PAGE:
Behaviors that involve sniffing and eating, such as “find it” (a cue to sniff for a treat you just tossed into the grass), are also a good bet, because most dogs already like doing them. In general, the easier the better: Unless you’ve trained for long duration and high distraction, the dog is most likely to succeed initially with a rapid-fire series of simple behaviors rather than one long one. Cue the behavior, reinforce it, and repeat until the other dog has moved on.

If you and your dog haven't practiced any simple behaviors yet, when you get to the right distance, just feed him as soon as he looks at the distraction. With consistency, similar distractions can start to prompt him to look to you, a wonderful, simple alternative to pulling.

If you have a new puppy, starting this process right away will set you up for a lifetime of pleasant walks. If your dog already has a big fat history of getting reinforced for pulling toward other dogs, you may initially need to practice at off-peak times or in less congested places. After you have some well-rehearsed behaviors under your belt, a small group class may also be a good way to work on them in a controlled setting. (Be sure to let your instructor know your dog’s history with other dogs and your specific goals.)

If your dog’s pulling is socially motivated, you can even use interaction with other friendly dogs to reinforce the attentive behaviors you’re asking for. This can be extremely powerful if you can swing it, but on-leash greetings do require some finesse that I won't get into here. At minimum, be sure to (a) ask permission from the other owner first and (b) eyeball the other dog’s body language to ensure that he also really wants to meet your dog.

With consistency, the appearance of other dogs can actually become an environmental cue for your dog to offer preferred behaviors, or just to check in with you to see what fun stuff you might have in store. In most cases, too, the distance you need will gradually decrease over time.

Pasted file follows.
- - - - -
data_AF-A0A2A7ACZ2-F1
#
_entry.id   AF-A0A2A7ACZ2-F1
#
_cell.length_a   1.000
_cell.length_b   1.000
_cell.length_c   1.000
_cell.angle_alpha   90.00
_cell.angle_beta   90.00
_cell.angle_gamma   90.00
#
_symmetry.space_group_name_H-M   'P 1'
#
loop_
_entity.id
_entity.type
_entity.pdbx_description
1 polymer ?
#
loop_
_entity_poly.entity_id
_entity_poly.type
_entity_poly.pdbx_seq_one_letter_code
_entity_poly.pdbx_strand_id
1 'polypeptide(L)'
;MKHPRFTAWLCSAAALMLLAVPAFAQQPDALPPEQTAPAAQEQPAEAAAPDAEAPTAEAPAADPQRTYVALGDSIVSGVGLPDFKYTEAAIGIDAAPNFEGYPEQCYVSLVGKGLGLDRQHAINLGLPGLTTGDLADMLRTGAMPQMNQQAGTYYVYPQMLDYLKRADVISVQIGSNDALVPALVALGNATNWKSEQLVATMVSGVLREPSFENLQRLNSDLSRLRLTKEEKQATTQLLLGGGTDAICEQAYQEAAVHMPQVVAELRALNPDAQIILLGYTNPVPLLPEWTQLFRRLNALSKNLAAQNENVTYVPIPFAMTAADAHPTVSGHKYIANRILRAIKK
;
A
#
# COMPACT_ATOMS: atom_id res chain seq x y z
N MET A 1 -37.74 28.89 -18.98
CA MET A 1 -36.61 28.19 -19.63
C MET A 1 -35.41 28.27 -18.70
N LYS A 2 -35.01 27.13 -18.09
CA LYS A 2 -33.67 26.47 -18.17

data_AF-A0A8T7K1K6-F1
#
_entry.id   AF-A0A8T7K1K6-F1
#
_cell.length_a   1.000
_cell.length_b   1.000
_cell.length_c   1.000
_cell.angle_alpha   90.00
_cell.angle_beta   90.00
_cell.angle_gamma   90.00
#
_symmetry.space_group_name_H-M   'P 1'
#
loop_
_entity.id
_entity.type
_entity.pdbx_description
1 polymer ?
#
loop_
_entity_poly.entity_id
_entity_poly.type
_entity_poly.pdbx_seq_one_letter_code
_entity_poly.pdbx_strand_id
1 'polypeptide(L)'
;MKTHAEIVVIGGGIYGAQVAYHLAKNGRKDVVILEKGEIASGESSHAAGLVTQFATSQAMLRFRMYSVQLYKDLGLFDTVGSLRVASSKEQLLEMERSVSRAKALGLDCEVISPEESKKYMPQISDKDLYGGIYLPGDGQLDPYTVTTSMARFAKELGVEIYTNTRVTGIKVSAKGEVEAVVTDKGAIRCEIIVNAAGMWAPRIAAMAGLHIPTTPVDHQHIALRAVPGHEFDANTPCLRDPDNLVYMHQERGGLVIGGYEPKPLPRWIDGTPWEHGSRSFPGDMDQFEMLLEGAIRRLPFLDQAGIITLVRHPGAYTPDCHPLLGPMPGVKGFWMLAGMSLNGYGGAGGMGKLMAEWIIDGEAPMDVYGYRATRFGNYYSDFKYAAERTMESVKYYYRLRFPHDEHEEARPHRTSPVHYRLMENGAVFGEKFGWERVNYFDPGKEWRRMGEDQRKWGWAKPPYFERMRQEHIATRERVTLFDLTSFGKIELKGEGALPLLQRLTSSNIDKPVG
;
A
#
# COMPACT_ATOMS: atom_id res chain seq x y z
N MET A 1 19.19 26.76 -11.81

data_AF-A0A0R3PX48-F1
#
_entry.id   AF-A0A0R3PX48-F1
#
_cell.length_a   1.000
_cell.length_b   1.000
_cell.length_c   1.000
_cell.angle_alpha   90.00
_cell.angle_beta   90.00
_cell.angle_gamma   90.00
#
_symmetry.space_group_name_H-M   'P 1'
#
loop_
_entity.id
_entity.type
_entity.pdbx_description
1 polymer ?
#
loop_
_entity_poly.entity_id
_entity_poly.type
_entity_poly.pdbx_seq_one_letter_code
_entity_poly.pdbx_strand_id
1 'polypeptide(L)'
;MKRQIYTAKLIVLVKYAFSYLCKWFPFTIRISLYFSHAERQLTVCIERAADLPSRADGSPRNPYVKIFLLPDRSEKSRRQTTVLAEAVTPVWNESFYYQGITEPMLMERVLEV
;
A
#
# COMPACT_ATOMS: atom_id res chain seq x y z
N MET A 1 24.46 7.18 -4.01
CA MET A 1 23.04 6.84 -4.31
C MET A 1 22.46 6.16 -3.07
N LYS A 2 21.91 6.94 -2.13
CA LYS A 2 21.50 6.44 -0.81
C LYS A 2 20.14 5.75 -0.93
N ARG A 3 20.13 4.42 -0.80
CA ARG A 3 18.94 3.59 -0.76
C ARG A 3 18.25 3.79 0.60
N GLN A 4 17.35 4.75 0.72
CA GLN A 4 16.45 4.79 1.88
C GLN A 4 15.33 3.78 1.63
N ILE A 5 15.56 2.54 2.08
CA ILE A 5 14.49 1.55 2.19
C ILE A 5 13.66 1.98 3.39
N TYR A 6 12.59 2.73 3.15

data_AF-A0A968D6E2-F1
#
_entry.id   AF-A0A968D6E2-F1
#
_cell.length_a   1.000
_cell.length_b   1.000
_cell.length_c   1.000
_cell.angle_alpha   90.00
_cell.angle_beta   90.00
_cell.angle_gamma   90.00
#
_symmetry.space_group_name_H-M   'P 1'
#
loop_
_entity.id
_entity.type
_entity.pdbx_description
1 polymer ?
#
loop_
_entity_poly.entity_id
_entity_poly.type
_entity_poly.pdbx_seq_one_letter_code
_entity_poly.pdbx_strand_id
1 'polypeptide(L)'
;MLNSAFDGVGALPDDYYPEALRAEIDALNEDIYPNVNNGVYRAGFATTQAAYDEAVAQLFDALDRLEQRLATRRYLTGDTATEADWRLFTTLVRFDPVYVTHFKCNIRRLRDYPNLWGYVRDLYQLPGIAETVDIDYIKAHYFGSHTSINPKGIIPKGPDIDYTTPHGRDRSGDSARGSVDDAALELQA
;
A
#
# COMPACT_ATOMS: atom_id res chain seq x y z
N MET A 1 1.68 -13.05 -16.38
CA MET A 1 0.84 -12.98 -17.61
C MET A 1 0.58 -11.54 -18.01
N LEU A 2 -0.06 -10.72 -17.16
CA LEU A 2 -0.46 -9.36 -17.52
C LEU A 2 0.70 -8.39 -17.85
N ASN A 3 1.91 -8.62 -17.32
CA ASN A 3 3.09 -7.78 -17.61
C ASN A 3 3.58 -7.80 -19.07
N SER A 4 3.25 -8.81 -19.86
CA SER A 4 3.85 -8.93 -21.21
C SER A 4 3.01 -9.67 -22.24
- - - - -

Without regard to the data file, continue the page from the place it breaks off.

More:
This post was originally written for One Tail at a Time. It has since been revised and updated.

Turning "No" Into "Do": Reducing Unwanted Behaviors Using Positive Reinforcement

Let’s say you’ve just arrived for your first day at a new job. You walk into your new office, where you find a computer on a desk. “Oh, I know what to do with that,” you think, and push the space bar to wake up the screen.

Your new boss strides into the office, looking angry. “No!” he shouts.

What exactly didn’t he like? Should you never press the space bar again? Was this just the wrong time to press it? Does he not want you working on the computer at all?

How do you feel about your new boss?

And what do you do now?

Dogs encounter this scenario pretty much every day. They do things that come naturally to dogs, like chewing on stuff, eating stuff, peeing on stuff, barking at stuff, or chasing stuff. And when we catch them in the act, as often as not, our response is to yell “no!”

While this sometimes interrupts the behavior, it probably won't prevent it from recurring again in the future. And if the dog finds the interruption scary, he may begin to hide the behavior from you in dismaying ways–say, only peeing behind the couch, or only chewing things if nobody is looking.